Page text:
I've been using Wi-Fi security cameras in my house for years. I started with a Nexia Home system ages ago, then upgraded to Simplicam due to their price and various subscription plans. From there it was a short stint with the Logi Circle (which are still great cameras) until I finally landed on the Amazon Cloud Cam when it was released last fall. While this version was only meant to be indoors, it didn't stop me from wanting an Amazon Cloud Cam outside.
While they work amazingly well indoors — since day one I've longed to put one outside overlooking my driveway. I've been holding with hopes that Amazon will release a full-fledged Cloud Cam outdoor version (please Amazon!) and searching frantically for a short-term solution. It wasn't until a few days ago that I came across this outdoor housing made to fit the Cloud Cam that my prayers were (somewhat) answered.
Before we go too much further — no, this isn't a 100% weather-proof solution. Even if you want to use your Cloud Cam outdoors, you'll still be using an indoor camera outside where it's not intended to be used and will be susceptible to the elements (depending on your placement, of course). While this housing does a really good job of covering most of the camera, there is still a bit of the underside exposed. It's insanely sturdy and very well made, but it's not without its faults. Should it worry you? Again, it depends where you put your camera and what the weather is like where you live. Caveat emptor.
That being said, this thing is much more than I expected for the $13 price tag. Unlike other silicone "covers", this bad boy is solid, sturdy plastic that I can't say enough good things about. The entire housing comes with a variety of pieces — the main housing itself, a clear plastic protective face-plate, a sticky foam ring (for helping with night vision, more on that later), front cover, a few small screws and even a small eyeglass-size screwdriver. Also, instruction manuals, if you're into that sort of thing.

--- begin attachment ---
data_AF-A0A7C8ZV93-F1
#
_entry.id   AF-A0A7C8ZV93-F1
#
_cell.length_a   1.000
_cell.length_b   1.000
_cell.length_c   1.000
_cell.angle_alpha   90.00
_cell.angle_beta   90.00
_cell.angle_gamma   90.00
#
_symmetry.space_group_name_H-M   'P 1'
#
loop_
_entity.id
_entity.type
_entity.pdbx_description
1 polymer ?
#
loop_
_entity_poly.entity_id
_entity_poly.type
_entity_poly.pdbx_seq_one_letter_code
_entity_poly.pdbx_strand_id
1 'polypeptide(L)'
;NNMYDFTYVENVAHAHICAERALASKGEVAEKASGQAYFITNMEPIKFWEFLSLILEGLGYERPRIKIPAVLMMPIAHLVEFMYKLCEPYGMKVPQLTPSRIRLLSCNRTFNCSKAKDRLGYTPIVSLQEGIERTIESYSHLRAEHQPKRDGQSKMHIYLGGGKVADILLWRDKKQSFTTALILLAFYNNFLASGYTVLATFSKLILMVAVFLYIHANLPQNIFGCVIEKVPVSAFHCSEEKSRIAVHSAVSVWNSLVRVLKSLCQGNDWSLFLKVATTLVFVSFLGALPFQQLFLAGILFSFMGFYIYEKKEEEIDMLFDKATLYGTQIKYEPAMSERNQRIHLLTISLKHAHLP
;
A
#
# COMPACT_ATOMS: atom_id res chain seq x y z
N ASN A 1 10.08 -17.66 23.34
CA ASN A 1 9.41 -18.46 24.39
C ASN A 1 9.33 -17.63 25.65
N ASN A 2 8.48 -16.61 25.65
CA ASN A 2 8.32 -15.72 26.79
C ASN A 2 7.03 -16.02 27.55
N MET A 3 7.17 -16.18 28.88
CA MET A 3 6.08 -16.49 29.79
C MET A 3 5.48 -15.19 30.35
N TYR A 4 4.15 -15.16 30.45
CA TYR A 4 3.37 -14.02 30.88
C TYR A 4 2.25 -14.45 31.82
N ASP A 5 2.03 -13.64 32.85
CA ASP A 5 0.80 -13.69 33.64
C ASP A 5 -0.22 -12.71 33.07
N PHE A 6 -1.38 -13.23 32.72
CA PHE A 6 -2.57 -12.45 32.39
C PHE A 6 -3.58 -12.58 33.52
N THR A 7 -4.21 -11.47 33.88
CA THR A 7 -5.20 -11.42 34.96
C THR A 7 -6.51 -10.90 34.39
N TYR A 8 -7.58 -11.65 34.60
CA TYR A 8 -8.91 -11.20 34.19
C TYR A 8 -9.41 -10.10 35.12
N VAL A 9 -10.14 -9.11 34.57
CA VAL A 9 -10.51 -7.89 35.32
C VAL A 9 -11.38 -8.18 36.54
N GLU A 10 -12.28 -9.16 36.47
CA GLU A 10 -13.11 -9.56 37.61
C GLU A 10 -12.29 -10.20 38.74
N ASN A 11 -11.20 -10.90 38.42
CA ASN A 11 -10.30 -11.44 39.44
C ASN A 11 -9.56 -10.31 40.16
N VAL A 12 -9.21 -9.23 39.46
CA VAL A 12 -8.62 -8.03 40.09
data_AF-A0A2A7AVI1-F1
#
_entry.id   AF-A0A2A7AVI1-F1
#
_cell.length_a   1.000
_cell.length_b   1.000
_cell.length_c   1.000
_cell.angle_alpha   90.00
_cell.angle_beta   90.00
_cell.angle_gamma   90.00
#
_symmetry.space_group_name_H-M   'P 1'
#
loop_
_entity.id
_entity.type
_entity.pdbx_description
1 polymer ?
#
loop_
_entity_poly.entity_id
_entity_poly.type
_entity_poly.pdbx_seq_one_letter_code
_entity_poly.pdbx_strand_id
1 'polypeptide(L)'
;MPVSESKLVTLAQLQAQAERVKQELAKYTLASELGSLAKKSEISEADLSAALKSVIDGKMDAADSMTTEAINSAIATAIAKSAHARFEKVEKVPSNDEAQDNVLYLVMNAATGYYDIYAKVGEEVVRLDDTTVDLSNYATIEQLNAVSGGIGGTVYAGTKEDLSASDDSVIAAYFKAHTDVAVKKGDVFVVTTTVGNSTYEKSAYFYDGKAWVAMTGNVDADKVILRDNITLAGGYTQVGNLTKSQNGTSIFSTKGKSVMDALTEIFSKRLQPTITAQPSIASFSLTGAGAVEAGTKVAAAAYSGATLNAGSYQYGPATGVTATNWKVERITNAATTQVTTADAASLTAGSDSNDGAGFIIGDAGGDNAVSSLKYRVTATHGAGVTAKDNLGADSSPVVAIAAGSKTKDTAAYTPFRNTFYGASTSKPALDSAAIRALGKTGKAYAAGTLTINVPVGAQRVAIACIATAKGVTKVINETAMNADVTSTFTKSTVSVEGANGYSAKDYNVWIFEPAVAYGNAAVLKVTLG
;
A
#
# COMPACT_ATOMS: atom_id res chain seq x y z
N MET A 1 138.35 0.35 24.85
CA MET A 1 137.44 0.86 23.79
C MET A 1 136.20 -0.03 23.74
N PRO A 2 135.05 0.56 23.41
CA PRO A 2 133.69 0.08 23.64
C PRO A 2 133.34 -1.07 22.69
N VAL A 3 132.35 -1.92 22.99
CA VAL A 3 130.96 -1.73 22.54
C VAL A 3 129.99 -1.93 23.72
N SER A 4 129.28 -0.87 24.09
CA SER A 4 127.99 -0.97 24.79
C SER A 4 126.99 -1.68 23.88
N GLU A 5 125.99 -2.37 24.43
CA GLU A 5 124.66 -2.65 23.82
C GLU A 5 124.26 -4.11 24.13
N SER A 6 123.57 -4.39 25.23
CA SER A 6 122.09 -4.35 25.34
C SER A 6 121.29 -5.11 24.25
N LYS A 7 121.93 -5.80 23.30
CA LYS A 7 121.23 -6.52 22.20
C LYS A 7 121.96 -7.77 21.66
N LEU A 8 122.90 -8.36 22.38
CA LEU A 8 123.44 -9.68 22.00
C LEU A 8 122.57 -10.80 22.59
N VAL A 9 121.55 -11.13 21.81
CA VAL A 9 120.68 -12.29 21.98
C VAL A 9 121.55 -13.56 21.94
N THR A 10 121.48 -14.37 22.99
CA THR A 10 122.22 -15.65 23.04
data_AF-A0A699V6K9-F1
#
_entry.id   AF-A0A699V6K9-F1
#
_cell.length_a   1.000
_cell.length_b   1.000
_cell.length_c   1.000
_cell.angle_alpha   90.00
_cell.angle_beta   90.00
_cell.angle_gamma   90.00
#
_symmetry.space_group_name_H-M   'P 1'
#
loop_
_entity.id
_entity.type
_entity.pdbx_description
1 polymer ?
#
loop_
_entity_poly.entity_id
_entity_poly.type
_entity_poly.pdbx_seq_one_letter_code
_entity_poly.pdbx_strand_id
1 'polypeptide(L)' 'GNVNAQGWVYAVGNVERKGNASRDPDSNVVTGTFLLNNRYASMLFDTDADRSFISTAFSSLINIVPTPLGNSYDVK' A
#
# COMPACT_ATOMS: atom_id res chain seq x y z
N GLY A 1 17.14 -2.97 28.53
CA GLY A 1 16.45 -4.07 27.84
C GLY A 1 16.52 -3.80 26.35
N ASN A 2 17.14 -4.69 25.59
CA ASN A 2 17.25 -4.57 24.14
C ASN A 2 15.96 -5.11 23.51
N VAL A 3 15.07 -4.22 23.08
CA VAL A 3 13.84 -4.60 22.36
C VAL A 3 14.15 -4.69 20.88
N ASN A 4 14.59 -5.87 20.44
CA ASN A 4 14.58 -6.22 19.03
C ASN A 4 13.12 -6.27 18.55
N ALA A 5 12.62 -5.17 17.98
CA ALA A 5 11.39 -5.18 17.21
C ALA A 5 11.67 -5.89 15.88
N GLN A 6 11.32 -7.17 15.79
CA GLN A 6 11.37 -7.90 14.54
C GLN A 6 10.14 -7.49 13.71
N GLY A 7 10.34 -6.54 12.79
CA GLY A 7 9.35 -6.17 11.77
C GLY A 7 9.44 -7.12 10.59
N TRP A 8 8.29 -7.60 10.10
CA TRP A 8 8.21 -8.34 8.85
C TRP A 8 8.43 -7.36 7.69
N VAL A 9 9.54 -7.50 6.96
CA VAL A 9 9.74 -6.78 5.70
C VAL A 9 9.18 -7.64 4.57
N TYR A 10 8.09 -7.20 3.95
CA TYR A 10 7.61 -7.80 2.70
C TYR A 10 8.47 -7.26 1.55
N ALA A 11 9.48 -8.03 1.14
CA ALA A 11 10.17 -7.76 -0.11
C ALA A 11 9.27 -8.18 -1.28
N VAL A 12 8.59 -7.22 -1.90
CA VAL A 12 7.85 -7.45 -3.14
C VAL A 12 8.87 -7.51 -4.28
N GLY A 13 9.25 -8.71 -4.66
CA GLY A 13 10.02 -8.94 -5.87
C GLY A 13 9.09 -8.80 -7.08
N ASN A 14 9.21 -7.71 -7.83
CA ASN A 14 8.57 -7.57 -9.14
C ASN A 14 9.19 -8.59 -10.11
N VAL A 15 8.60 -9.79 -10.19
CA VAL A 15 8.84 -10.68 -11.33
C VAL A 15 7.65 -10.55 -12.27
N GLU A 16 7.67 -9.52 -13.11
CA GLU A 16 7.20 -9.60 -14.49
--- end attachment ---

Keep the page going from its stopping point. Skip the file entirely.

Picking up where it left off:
There was one hiccup that I ran into right at the start that hopefully, you can avoid. Before you get going, know that you'll need to have the power cable plugged into the camera before you put the housing on. This was a slight issue for me as my cable runs through a wall outside, meaning I had to assemble the housing on the camera while standing 10 feet up on a ladder. Not impossible, but still not as easy as doing it on the ground.
Putting it together is actually super easy. To attach the housing, you slide the main unit over the camera and then put the protective screen in place. The instructions here state to make sure that the holes are lined up symmetrically (showing just how awesomely thorough the whole process is) but aside from that, there's not much to it.
After the screen is in place, you stick the little foam ring in the center around the camera lens to help prevent glare from the IR illuminators. Anyone who has ever put a camera like this in front of a window and tried to use night vision knows why this is important (thankfully you can always just turn off night vision). Then just put the front plate into place, put in the provided screws and you're good to go.
Even though my camera is on the far end of my house, outside and away from my router, I haven't noticed any major lag or degradation with this housing in place. Granted, everyone's experience will be different, but my only real worries are weather-related. There's a super slim chance that the camera could get wet during a torrential downpour, and I'm also not sure how it will fair on super hot days with no way to vent excess heat — but only time will tell. Did I mention how well-built this thing is?!
For now, I'm ecstatic that I can finally use my Amazon Cloud Cam outdoors without shelling out a ton of money in the process.
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Adam is the Editorial Director of High-Yield content at Future. Leading an outstanding team, he oversees many articles the publisher produces about subscriptions and services including VPN, TV streaming, and broadband. In addition to identifying new e-commerce opportunities, he has produced extensive buying guides, how-to-watch content, deal news, and in-depth reviews. Adam's work can be seen on numerous Future brands including TechRadar, Tom's Guide, T3, TTR, Android Central, iMore, Windows Central, and Real Homes.